If I was closer to the hills I'd have problems with deer. As it is I have racoons, rabbits, and squirrels. I do have coyotes over at the community garden.
 

JEV

Mr. Congeniality
GOLD Site Supporter
It looks like my plan has worked with only 5' of fencing. I've not had any deer try to get in, and we've been harvesting lettuce and snap peas for about 2-3 weeks already. Everything is doing well except the bush beans, which I've planted 3 times. I have about 10-12 plants out of over 50 seeds each time I planted, so I guess I'm not supposed to have a lot of beans this season. I have spaghetti squash and zucchini squash fruit forming nicely, and it looks like we'll be giving a lot away once they get up in size. Lots of flowers and lots of fruit. Cukes are also very prolific, so I may be putting some of them up this year for a change. Peppers have lots of flowers on them, but no fruit as of today. Here's how DW fixed up the front of the enclosure as seen from the street. Looks better than just bare fencing. We had the bench in storage, and I must admit it looks good there. My neighbor comes over with a couple of beers, and we sit on the bench to watch the people walking down the street.

I just put in a second planting of snap peas today, as the grand daughter pulled out a few plants while her and grandma were picking peas. Next week I'll replant the lettuce, as some of it has been cut twice already.








 

muleman

worn out farmer
GOLD Site Supporter
Your plants look good Joe. Wish mine were that far along. Damn late frosts made everybody behind around here. Banner year for berries though. My second planting of corn is looking good. That size fence is what I have around mine. It keeps most critters out. The skunk that kept getting in 2 years ago departed with a 12ga.:whistling:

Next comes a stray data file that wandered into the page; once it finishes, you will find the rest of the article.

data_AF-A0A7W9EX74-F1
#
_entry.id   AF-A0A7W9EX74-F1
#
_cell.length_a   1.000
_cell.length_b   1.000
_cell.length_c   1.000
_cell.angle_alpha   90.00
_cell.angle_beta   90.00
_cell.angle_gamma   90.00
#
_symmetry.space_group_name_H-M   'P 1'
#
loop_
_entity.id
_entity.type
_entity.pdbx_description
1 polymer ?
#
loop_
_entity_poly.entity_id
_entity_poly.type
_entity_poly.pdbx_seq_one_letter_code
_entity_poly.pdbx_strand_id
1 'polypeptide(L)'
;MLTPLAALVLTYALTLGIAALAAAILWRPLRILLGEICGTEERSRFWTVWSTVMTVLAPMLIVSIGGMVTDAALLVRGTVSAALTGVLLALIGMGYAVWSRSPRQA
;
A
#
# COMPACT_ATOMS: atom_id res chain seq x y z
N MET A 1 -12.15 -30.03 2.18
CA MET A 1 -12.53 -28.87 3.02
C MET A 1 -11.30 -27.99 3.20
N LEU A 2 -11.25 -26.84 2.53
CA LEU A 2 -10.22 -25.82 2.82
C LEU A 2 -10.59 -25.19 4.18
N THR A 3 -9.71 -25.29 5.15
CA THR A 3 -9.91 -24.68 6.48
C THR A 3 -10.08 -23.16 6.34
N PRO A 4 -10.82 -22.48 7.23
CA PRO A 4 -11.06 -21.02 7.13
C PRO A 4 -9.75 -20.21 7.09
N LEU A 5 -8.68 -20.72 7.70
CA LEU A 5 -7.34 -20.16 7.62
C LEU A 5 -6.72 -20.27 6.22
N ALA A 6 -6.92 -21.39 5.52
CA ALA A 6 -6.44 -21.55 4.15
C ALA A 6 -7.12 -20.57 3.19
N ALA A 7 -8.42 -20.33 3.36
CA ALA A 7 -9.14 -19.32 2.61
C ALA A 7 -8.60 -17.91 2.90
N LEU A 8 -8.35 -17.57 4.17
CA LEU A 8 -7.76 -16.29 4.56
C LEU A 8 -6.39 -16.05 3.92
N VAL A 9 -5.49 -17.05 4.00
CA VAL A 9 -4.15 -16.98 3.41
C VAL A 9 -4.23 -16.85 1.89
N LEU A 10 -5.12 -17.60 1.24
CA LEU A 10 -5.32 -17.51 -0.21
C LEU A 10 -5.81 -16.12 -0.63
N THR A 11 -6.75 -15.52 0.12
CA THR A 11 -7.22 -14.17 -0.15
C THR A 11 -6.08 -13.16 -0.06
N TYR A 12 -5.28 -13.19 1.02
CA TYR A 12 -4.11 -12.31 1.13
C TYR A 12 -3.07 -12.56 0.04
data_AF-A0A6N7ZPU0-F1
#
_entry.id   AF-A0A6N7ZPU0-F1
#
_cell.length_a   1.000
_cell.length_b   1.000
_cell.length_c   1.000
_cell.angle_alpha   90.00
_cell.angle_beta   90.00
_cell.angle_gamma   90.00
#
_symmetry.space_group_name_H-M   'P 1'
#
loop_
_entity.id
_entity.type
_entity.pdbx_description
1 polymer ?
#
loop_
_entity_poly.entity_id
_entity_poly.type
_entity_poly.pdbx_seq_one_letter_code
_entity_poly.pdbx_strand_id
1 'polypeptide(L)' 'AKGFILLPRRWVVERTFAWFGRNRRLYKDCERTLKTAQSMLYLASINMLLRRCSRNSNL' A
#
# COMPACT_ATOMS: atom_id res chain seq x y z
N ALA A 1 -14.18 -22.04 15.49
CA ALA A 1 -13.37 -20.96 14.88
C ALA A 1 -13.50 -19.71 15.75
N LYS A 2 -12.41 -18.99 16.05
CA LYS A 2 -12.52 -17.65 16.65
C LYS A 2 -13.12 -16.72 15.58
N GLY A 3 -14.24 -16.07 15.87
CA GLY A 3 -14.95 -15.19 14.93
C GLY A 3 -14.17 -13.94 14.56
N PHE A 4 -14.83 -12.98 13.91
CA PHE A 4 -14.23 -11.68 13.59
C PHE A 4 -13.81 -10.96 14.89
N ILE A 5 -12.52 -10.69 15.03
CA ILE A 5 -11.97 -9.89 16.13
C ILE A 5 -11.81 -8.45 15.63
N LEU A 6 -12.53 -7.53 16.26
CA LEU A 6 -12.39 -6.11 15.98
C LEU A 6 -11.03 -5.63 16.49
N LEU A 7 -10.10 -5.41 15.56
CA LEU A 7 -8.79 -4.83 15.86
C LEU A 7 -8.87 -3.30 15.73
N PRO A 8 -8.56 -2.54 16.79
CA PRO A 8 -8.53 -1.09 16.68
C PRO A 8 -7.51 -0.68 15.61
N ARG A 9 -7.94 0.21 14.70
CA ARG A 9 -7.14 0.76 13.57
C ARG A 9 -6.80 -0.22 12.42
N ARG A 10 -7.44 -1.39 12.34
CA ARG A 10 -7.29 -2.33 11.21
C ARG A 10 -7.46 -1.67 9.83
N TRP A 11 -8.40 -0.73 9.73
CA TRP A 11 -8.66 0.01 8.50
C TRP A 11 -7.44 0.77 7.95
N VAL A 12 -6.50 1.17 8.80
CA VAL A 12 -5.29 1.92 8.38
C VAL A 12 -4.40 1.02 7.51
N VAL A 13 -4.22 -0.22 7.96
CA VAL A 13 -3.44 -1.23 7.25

Aklian

New member
The only way to protect your garden from animals you should provide them a proper cover or fens but unfortunately after doing this there is still some fears exists so the only and best way to protect our garden and plants is that you should yourself take care of these.
 

muleman

worn out farmer
GOLD Site Supporter
German shepherds work well unless it is a bear. Then a shotgun over their head convinces them to move on. Will get some pics up of a slightly neglected garden with all the other work going on around here. Picked a bunch more peas yesterday and need to train some raspberries that are shading them.
 

Andrei

Banned
Some used motor oil on that wood would do really nice.
Transmission oil even better.
A motion detector connected to a light or noise maker would keep wild animals away.
In the orchards they use automated air guns to keep birds away.
 

JEV

Mr. Congeniality
GOLD Site Supporter
Some used motor oil on that wood would do really nice.
Transmission oil even better.
A motion detector connected to a light or noise maker would keep wild animals away.
In the orchards they use automated air guns to keep birds away.
Used oils get recycled to a friend's oil fired furnace in his auto repair shop. The lumber is all pressure treated and will weather into a nice grey. I live in a suburban development, and the neighbors wouldn't appreciate flashing lights and noise makers all night long. I took a time lapse photo series one Summer night and saw enough wildlife to piss off the entire neighborhood if I had motion activated noise makers.
 

FrancSevin

Proudly Deplorable
GOLD Site Supporter
My garden was invaded this summer by two legged varmints twice. They took everything, and by that I mean every tomato bigger than a dime (green or ripe) was swiped along with all the cukes, Peppers, and Zuchinni

They cut the chain on the gate and left shoe prints in the mud.

36 tomato plants, 20 Pepper and 6 hills of Zuchinni. I got three tomatoes on the 2nd of July for all my spring work putting the damm thing in. They were awesome but not worth that effort.